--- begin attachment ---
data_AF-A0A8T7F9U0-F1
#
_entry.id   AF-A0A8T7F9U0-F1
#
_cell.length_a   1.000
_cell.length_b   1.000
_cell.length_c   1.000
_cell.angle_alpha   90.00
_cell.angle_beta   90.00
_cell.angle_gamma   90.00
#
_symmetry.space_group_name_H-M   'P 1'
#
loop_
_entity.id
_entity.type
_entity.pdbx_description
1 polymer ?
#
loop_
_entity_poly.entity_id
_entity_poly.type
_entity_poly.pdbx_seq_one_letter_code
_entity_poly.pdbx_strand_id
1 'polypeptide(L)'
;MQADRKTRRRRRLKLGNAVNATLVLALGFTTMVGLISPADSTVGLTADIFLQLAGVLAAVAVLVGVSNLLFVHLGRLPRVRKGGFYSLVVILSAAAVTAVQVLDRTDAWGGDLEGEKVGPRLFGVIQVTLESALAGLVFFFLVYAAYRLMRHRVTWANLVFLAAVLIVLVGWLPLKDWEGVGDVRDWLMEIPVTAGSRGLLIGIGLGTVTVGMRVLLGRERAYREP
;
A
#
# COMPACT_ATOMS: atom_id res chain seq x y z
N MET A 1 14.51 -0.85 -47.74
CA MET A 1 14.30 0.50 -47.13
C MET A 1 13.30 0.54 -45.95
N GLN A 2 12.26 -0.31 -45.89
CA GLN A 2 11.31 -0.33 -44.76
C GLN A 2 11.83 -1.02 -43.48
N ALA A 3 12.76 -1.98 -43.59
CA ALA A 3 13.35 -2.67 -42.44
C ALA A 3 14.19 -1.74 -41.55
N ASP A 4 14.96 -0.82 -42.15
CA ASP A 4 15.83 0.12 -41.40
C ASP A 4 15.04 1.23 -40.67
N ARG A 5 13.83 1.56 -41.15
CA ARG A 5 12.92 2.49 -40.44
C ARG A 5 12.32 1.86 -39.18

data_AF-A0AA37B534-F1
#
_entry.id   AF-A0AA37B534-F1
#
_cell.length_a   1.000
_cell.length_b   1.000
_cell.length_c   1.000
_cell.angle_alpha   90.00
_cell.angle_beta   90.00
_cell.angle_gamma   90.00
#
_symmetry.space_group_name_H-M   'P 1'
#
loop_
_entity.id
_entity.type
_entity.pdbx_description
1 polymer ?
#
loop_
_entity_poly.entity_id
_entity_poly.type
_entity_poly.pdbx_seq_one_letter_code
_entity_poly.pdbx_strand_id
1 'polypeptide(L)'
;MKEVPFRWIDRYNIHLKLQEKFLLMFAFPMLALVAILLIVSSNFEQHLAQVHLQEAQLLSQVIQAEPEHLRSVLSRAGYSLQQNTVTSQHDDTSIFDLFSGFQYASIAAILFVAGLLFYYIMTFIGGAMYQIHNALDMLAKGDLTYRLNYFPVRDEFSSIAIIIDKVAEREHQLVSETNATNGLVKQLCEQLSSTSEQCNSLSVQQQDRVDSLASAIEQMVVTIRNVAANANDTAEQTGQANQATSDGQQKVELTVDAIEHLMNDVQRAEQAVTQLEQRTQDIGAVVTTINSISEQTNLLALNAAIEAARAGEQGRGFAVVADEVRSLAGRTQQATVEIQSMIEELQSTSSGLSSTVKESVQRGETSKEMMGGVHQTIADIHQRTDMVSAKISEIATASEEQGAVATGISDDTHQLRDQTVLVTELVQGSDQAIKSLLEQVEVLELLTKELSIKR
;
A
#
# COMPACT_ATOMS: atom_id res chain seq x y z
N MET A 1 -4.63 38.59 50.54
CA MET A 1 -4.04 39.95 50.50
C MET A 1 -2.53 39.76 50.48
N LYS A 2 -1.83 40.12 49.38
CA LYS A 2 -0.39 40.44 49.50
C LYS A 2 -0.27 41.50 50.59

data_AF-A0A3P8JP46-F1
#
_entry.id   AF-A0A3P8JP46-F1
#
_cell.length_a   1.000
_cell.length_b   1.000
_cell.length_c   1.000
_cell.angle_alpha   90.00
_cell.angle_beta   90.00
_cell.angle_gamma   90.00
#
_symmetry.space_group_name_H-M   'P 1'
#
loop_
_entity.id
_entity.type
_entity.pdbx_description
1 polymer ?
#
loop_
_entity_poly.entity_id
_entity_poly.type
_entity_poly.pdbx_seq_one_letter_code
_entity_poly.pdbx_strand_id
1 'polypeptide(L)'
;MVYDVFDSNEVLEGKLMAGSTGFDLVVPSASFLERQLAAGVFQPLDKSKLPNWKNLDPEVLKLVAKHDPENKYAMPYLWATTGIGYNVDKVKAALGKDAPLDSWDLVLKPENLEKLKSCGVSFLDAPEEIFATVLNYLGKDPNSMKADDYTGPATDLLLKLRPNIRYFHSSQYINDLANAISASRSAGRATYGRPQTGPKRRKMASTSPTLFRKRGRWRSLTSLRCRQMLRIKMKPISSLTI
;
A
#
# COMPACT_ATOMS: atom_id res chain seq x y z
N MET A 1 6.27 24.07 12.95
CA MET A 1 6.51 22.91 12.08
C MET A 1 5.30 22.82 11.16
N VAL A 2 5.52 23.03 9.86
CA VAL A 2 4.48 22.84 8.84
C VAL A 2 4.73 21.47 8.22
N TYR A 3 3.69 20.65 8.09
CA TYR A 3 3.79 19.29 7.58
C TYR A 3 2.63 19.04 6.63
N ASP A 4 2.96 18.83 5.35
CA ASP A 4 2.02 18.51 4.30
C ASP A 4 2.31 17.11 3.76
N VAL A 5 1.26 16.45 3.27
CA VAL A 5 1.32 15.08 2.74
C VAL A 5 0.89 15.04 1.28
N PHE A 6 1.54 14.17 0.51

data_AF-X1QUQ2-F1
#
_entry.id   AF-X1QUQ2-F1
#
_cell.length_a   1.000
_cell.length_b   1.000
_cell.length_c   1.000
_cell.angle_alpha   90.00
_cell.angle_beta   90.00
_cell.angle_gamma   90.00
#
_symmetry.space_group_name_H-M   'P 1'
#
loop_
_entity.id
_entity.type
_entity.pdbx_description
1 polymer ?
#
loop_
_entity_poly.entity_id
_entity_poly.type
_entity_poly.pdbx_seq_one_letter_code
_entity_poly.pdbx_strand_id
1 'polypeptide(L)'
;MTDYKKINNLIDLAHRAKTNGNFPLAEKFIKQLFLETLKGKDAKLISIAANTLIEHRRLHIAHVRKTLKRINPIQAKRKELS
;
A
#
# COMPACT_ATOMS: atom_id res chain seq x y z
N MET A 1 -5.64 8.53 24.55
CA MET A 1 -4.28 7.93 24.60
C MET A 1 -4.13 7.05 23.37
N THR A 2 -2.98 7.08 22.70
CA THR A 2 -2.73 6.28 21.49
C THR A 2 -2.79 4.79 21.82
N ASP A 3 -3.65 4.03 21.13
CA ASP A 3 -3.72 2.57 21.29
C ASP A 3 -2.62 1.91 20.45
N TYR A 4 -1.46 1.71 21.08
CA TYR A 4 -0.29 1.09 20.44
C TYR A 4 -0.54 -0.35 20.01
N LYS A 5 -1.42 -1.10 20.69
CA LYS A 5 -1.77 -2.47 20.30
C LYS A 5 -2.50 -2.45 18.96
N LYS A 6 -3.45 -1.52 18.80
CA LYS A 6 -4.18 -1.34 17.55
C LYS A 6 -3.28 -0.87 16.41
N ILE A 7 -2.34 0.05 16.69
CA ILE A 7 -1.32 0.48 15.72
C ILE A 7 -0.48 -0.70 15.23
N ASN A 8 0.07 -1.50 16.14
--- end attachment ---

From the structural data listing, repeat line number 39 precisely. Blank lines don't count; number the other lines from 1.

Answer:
C ALA A 3 14.19 -1.74 -41.55